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Tuesday, April 18, 2017

Vacancy On Supreme Court 2017 - Round 2: Report On Interview #4, Mr. William N. Riley

This is Prof. Joel Schumm's report on the 4th interview of Round 2

Mr. William N. Riley, Indianapolis (photo) (application) (first interview)

When asked about why he applied, Mr. Riley mentioned comments made by the Chief Justice at a conference and that he has long known Judge Nation. Mr. Riley feels “called to serve.”

When asked about a holding he would defend, Mr. Riley cited a recent termination of parental rights case and that we should seek to preserve the rights of parents whenever possible.

In response to a question from Mr. Young about his role as a trial lawyer and how that translates to the work of a justice, Mr. Riley said whenever he approaches a case there is “fear” that he does not want to let the client down. He would bring the same fear that he does not want to let the citizens of Indiana or his colleague down.

In response to a question from Ms. Long about what he did to prepare for the interview, Mr. Riley said he reviewed the annual reports since 2000, tried to get a handle on the Court’s administrative role, started reading the Scalia book on interpreting texts, read the last 34 opinions of the Court, and read Appellate Rule 7(B) that he was asked about last interview. The most surprising thing he learned was that Indiana was about 74 judicial officer short of what it needs.

In response to a question from Ms. Kitchell about a procedural rule he would like to be changed, Mr. Riley said we could “borrow” initial disclosures from federal court, which could expedite discovery and reduce disputes.

In response to a question from Mr. Feighner about impressive letters of recommendation from adversaries, reading from one of them about Mr. Riley’s “genuine respect for the law and each person” he encounters in a case, Mr. Riley said the law is what holds our society together. Although his father was not a lawyer, he inherited his father’s respect of lawyers. Opposing counsel is doing their job, and there is no reason to be disagreeable. He calls many of them friends.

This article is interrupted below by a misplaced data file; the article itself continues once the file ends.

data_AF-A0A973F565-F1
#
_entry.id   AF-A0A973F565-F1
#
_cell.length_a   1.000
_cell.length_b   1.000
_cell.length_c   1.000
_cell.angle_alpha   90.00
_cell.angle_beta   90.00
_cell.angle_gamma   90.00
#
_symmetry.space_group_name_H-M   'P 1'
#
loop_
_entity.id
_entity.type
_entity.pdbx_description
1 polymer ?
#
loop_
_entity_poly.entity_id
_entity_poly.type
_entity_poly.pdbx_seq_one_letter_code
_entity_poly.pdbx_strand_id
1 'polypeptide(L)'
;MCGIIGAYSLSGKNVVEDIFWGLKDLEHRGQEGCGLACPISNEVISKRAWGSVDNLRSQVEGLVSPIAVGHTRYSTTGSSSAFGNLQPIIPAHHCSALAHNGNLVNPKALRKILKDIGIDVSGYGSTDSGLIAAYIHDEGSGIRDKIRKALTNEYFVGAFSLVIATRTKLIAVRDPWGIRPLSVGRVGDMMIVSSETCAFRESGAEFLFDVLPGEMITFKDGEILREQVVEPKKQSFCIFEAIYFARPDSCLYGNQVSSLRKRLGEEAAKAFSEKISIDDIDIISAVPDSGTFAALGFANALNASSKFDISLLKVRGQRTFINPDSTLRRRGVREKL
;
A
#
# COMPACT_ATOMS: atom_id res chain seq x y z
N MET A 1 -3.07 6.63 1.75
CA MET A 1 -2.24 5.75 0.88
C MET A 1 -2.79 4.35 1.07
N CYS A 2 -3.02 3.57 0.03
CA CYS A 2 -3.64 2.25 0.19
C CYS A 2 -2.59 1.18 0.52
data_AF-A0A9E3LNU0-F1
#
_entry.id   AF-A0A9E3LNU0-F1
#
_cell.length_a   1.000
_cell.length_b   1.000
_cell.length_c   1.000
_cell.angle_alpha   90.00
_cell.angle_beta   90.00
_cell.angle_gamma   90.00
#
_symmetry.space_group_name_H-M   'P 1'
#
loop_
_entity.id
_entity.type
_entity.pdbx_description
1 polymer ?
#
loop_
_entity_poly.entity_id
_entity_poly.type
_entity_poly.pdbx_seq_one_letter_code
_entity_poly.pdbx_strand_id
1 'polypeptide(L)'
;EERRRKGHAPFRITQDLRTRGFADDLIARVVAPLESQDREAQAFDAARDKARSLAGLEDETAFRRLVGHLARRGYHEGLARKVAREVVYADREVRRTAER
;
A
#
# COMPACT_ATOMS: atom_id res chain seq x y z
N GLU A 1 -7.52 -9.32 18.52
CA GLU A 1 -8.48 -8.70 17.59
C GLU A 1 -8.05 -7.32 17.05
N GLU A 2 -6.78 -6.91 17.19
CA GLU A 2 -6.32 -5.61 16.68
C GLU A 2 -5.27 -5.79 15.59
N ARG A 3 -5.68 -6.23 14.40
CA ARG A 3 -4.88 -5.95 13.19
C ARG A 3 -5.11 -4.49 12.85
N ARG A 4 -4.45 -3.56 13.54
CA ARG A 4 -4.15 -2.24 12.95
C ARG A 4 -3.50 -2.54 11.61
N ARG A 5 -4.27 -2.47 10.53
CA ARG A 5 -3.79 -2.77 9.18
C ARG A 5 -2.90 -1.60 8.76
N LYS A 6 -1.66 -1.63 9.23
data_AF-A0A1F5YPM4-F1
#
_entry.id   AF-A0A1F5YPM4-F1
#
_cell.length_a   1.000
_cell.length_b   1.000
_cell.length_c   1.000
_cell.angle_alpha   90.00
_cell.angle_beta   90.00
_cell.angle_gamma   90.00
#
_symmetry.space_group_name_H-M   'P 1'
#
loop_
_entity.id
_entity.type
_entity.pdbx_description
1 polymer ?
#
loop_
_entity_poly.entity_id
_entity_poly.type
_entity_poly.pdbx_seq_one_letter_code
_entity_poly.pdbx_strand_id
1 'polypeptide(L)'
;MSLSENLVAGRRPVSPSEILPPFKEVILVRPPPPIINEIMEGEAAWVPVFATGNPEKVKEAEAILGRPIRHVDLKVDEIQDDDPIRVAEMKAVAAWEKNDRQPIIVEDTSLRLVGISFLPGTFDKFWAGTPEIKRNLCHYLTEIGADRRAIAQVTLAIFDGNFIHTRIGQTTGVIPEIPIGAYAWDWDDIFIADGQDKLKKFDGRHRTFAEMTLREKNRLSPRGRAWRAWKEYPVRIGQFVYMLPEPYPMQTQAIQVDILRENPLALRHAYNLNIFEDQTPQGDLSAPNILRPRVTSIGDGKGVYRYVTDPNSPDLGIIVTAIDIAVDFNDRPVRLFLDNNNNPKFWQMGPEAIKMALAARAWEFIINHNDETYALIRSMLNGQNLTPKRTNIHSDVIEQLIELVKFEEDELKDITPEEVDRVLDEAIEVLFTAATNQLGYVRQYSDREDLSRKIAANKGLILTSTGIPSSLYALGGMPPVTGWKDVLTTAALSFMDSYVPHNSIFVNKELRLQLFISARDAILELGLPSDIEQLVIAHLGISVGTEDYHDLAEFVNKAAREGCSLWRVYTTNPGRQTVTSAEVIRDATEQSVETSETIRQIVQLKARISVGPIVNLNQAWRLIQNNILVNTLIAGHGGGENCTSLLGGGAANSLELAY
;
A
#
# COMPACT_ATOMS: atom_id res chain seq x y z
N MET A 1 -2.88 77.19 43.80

Mr. Yakym asked which of the 34 opinions Mr. Riley had read that stand out. Mr. Yakym discussed cases that deal with his practice, like the collateral source rule. He has not dealt with criminal cases since law school,

Mr. Berger read Article 1, Section 23, and asked how many occasions the General Assembly has violated that provision by special legislation. Mr. Riley said he would want to know how many times the issue had been brought to this Court and would want to consider those opinions. Mr. Riley would want to consider the text of that provision in bearing on what the legislature had done. He said he would not want to prejudge anything, if the issue comes before the Court.

In response to a question about the importance of stare decisis, Mr. Riley said stare decisis is especially important but sometimes the Court needs to overrule it, citing Brown v. Board overruling Plessy v. Ferguson.

In response to a question from Mr. Young about things Mr. Riley has done to promote diversity, Mr. Riley said he always wants to hire the best person for the job and always he looks at all applicants. He noted that he has mentored and worked with a lot of female associates in his firm.

In response to a question about his commitment to judicial restraint, Mr. Riley said it is not the position of judges to impose their views. Judges must apply what the law says and let the legislature correct it if there is an error.

In response to a question about his most radical action, Mr. Riley said he took up golf a year ago and wanted to have something to do with his son who is now fourteen.

In response to a question from Mr. Feighner about what clients who had lost a case would say about him, Mr. Riley said he helped them tell their story, which is cathartic.

Posted by Marcia Oddi on April 18, 2017 12:02 PM
Posted to Vacancy on Supreme Court - 2017